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Having “The Conversation:” Talking to Mom or Dad About Their End-of-life Wishes

Discussing and planning future goals does not come easy for most of us, especially when it involves having the conversation with our parents to find out what their end-of-life wishes are.

Certainly it is not a conversation anyone looks forward to. Whether the dread comes from facing that death is a part of life, or because acknowledging your parents are not invincible brings sadness, you should move past the deterrents and find time for “the conversation,” before it is forced upon you.

Discussing end-of-life wishes with parents is never happily anticipated, however, compared to the alternative of having to make the decision during a crisis, the former is the better option. Life can change in a matter of seconds and perhaps the worst thing ever is to make a dire decision on behalf of a loved one and always wonder if it aligned with their personal wishes.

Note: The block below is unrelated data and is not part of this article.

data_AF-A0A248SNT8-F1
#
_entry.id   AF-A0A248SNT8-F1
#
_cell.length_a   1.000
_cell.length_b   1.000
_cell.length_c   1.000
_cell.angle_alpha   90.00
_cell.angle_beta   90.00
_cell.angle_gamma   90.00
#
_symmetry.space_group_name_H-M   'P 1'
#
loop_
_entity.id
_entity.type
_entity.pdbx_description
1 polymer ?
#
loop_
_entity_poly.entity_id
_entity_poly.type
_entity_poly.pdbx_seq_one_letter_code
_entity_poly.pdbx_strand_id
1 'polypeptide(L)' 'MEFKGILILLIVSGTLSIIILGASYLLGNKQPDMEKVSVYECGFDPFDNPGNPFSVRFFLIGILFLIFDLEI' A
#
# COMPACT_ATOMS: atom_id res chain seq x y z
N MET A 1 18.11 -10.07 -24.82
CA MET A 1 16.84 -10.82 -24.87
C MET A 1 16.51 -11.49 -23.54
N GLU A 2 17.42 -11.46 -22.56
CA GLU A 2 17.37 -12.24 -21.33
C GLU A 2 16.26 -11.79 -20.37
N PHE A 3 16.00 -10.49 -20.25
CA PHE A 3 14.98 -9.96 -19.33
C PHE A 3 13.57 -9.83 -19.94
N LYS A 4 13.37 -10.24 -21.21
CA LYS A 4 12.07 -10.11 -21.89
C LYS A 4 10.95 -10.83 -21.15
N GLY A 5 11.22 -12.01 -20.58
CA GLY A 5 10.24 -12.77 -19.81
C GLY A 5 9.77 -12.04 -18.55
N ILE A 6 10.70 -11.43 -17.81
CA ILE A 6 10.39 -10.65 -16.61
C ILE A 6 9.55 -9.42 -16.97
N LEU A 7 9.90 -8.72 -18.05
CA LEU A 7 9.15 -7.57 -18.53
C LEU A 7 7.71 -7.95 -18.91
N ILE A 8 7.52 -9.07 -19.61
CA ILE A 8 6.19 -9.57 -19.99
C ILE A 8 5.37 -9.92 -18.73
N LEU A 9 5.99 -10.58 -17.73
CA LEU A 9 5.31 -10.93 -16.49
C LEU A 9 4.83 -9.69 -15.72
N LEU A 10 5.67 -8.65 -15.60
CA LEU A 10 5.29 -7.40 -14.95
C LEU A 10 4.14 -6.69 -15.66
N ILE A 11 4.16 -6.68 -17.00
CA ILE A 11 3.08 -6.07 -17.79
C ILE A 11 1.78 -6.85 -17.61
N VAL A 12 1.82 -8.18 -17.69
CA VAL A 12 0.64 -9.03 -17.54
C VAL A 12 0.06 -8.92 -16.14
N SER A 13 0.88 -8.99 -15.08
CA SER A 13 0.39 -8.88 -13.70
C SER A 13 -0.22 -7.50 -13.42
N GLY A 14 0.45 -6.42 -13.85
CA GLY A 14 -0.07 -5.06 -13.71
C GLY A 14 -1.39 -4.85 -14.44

Even though it may be difficult for you, most likely your parents have given the topic a lot of thought and secretly hope that you will bring it up so they won’t have to. Here are a few suggestions on how to approach the situation and what to say.

#1 Give Advanced Notice

Inform your parents what the discussion will be centered on beforehand. Advanced notice will help prepare everyone and if your parents haven’t made their final decisions, they will have an opportunity to determine their preferences prior to conversation time.

#2 Determine Who Will Be Involved in the Conversation

If you have siblings, this is a conversation they should be involved in. Regardless if you have already been designated as executor or power of attorney, this is a delicate conversation involving parents, the people who brought you into this world. If siblings live out of town, notify them well in advance so they can make plans to attend the meeting in person. If attendance isn’t an option, have a conversation with each other so everyone has an opportunity to share their opinions. Failure to include siblings, or at least attempt to, will only result in resentment and anger down the road.